We thank Dr. Alavian for his comments on our study. To address each of his points:
Firstly, the level of knowledge regarding hepatitis B virus (HBV) was indeed lower than we had expected . Our surrogate for measuring knowledge included several questions where respondents to our survey were asked to interpret hepatitis B serologies. The results show that 78.8-94% of trainees and 80-94% of program directors answered correctly. This may be due to the low prevalence of HBV in the United States as compared to certain other countries. We agree that the low response rate is a limitation. However, we believe we captured a diverse group of respondents, across geography, experience, and practice setting.
Secondly, immigration from endemic areas has certainly changed the landscape of HBV in the US. While it is a disease important for all healthcare workers to be aware of, it is especially important for those healthcare workers to screen HBV in specific populations. It is very encouraging to see that almost all of the obstetricians and gynecologists who were surveyed do report screening for HBV in pregnant patients. With respect to knowledge and comfort with HBV, when analyzing data from different regions in the US (not reported in our paper), we were not able to find significant differences among practitioners. This may be due to the low response rate, as we would expect those in coastal cities to have encountered more patients with HBV, given the higher percentage of immigrants in those cities.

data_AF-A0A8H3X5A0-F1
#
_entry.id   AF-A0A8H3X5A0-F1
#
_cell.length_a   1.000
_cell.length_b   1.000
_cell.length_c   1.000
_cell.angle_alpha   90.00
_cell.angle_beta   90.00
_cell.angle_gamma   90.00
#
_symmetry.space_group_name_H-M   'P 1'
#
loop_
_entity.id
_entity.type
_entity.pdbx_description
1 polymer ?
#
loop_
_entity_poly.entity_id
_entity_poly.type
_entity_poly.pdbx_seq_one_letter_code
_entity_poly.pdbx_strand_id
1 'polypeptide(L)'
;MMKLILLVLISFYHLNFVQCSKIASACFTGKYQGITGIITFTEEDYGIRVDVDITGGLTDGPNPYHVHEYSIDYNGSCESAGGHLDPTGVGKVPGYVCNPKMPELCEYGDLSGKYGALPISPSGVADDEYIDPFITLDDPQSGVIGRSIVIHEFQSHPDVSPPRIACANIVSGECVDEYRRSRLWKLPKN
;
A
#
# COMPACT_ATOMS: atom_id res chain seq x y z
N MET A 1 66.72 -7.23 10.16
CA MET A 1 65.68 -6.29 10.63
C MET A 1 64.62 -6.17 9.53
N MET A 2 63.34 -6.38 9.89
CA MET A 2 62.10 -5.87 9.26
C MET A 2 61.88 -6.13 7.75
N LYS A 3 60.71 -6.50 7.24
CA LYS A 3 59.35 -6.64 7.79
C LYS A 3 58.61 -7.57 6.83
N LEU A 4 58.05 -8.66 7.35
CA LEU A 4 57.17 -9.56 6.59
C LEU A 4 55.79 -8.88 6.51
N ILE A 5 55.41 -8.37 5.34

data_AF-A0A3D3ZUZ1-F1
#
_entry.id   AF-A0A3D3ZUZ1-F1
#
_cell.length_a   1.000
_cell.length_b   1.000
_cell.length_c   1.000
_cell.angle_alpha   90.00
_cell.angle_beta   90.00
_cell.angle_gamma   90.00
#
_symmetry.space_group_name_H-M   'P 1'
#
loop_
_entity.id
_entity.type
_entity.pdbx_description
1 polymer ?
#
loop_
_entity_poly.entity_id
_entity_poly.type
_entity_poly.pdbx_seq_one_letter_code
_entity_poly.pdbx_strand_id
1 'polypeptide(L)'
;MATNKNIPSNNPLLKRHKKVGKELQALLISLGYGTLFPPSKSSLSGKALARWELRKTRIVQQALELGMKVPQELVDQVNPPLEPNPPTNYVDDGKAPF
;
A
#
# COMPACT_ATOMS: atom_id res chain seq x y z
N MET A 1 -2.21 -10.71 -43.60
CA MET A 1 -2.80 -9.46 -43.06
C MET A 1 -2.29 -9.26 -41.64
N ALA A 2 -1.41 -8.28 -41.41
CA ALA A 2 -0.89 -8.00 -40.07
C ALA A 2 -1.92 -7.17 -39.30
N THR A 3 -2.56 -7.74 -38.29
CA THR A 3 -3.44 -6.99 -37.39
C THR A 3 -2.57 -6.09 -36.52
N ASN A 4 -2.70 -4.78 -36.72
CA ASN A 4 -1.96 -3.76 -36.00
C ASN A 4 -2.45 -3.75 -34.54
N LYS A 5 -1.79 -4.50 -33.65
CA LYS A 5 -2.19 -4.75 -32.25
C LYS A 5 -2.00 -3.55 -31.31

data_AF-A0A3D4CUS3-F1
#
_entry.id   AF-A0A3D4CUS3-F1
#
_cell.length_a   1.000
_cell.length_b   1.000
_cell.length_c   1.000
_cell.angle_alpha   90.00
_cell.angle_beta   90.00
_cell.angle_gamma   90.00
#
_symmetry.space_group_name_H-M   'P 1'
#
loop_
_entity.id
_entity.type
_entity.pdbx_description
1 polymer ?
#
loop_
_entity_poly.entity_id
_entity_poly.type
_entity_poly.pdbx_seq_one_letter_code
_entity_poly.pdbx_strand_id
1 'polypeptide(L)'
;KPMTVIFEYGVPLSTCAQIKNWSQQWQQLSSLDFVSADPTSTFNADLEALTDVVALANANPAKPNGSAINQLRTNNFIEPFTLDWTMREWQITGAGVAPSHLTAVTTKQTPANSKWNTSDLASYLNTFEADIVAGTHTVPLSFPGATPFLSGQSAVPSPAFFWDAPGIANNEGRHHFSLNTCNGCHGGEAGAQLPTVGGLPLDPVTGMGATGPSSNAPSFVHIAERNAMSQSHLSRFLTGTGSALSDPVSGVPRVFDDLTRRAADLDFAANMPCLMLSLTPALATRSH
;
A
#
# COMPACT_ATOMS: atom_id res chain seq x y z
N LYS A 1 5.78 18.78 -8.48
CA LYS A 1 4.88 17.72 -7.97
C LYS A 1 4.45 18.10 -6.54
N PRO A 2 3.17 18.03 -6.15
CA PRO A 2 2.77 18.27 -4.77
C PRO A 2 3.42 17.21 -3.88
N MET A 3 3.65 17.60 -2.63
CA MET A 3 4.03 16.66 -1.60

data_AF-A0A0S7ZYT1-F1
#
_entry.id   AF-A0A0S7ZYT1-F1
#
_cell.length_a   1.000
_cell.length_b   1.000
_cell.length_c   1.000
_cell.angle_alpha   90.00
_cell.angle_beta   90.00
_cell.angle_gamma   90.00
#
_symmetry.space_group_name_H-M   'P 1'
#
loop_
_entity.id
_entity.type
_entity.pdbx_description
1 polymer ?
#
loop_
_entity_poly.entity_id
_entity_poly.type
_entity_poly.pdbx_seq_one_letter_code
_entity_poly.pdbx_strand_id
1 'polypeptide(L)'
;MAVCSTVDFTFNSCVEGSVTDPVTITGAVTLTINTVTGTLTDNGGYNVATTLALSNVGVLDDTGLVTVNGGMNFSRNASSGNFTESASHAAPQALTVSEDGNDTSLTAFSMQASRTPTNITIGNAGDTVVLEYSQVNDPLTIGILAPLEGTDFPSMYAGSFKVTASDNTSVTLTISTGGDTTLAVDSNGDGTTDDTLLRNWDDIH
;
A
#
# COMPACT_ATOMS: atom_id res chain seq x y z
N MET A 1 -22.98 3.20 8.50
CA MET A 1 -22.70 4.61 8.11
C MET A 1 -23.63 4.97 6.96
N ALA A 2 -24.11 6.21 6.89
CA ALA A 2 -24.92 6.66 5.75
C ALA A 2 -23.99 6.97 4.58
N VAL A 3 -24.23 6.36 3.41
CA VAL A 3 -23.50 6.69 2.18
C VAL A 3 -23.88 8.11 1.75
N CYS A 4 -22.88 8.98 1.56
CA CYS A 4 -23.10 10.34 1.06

Lastly, it is customary in the US for healthcare workers to be tested for hepatitis B surface antibody titers prior to starting employment. If the titers are low or undetectable, the healthcare worker would be required to receive either a booster or the entire series of hepatitis B vaccination.
Overall, our study provided a look at the practice and knowledge of HBV among obstetricians and gynecologists in the US. It would be very interesting to expand it to include practitioners around the world.